West's American Tribal Law Reporter
Published by West, the American Tribal Law Reporter, though it contains perhaps the most extensive collection of tribal court decisions, reports decisions from only a limited number of tribes.
Oklahoma Tribal Court Reports
A unique resource collecting Oklahoma tribal case law is the Oklahoma Tribal Courts Reports (OTCR). The OTCR was initially published in 1994 by the Native American Legal Resource Center at Oklahoma City University. Although the initial publication was in 1994, as evidenced by the Index of Cases Reported (chronologically) in Volume 1 of the OTCR, there are case opinions dating from as far back as 1979. The most recent volume of the OTCR, Volume 9, was published in 2008 and covers cases from 2000-2006. The OTCR is edited by Dennis W. Arrow, a professor at the Oklahoma City University School of Law and the Associate Director of the Native American Legal Resource Center.
While the OTCR provides complete opinions, as acknowledged by the editor, it is “an ‘unofficial’ case law reporter, and the authoritative texts are the original opinions and orders filed with the clerks of Oklahoma’s tribal and C.F.R. courts.”
Although the OTCR is available on Westlaw, it is not part of the West National Reporter System described in Chapter 6. Thus, the OTCR does not have many of the editorial enhancements of West reporters. Arrow has, however, provided some enhancements. For instance, each volume of the OTCR contains four indexes of cases reported. These indexes list cases alphabetically by party, alphabetically by tribe, chronologically, and by case number. Additionally, Arrow has provided headnotes for each case. The structure of the headnote system is original and is dissimilar to the LexisNexis or West headnote structure. The headnote structure is set forth in the blue appendix pages in each print volume. (See Figure 10-1.) Unfortunately, the headnote system may be of limited value in locating cases with similar headnotes because only Volume 1 of the OTCR contains a digest following the headnote structure. Of course, a keyword search for headnote terms can be conducted when researching the OTCRon Westlaw.
Some tribal court opinions may be located on tribal websites. However, many tribal courts do not yet routinely post opinions to the web or provide a systematic means of searching for opinions. The National Indian Law Library Tribal Court Gateway (http://www.narf.org/nill/triballaw/) links to individual tribal court web sites.
The Northwest Intertribal Court System provides free online access to appellate opinions for 30 tribes in Alaska, the Pacific Northwest and Northern California, available at http://www.codepublishing.com/WA/NICS/.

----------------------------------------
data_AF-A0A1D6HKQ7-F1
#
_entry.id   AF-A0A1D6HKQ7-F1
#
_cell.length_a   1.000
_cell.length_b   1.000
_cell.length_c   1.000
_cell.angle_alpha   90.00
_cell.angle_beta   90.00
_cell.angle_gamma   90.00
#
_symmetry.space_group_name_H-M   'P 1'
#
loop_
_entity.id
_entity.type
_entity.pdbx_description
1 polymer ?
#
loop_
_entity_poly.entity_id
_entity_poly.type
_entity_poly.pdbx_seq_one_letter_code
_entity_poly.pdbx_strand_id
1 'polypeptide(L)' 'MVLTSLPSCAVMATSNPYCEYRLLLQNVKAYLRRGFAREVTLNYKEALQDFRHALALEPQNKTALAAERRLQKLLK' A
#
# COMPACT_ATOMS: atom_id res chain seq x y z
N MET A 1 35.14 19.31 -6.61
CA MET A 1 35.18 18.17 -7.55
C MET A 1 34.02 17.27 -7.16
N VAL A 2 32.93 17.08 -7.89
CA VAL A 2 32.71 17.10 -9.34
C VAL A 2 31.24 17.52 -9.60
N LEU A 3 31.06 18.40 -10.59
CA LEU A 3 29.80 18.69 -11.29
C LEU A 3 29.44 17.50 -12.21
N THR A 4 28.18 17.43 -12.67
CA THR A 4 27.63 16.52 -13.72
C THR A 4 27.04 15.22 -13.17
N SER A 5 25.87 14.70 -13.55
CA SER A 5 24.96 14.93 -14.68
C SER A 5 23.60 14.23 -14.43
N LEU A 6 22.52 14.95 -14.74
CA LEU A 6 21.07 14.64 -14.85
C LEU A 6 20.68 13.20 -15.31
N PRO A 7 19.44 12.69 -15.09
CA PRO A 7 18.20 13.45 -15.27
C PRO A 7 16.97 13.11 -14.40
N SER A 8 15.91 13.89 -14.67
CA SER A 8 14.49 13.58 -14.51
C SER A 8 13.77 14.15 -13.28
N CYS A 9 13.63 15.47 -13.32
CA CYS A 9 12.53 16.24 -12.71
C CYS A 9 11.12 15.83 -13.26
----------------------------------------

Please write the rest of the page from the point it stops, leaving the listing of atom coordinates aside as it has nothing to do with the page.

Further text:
Tribal Justice LibGuide - Opinions Authored by Justice Frank Pommersheim
The USD School of Law McKusick Law Library and Professor Frank Pommersheim maintain a LibGuide containing PDFs of all the tribal court opinions authored by Professor Pommersheim. These opinions are organized both by Tribal Court and by Subject.
Indian Law Reporter
A publication of the American Indian Lawyer Training Program, the Indian Law Reporter contains:
- United States Supreme Court opinions and proceedings
- United States Courts of Appeals opinions
- United States District Court opinions
- United States Court of Federal Claims
- State Court opinions
- Tribal Court opinions
- Miscellaneous proceedings (U.S. Tax and Bankruptcy Court decisions, IBIA and IBLA decisions).
The Indian Law Reporter is not available electronically. However, an online Cumulative Subject Index is available at the National Indian Law Library at http://www.narf.org/nill/ilr/.
Tribal Law & Policy Insitute and VersusLaw
The Tribal Law & Policy Institute and VersusLaw have a cooperative arrangement to allow searching of a collection of tribal court opinions. This collection can be searched via the Tribal Law & Policy Institute's Tribal Court Opinion Search or law students may register for free access to VersusLaw to gain access to the collection.
Tribal Court Dockets
Some state court systems are also working to include tribal courts dockets and documents in their online record systems. As evidenced below, Oklahoma is an example of one state including select tribal court dockets.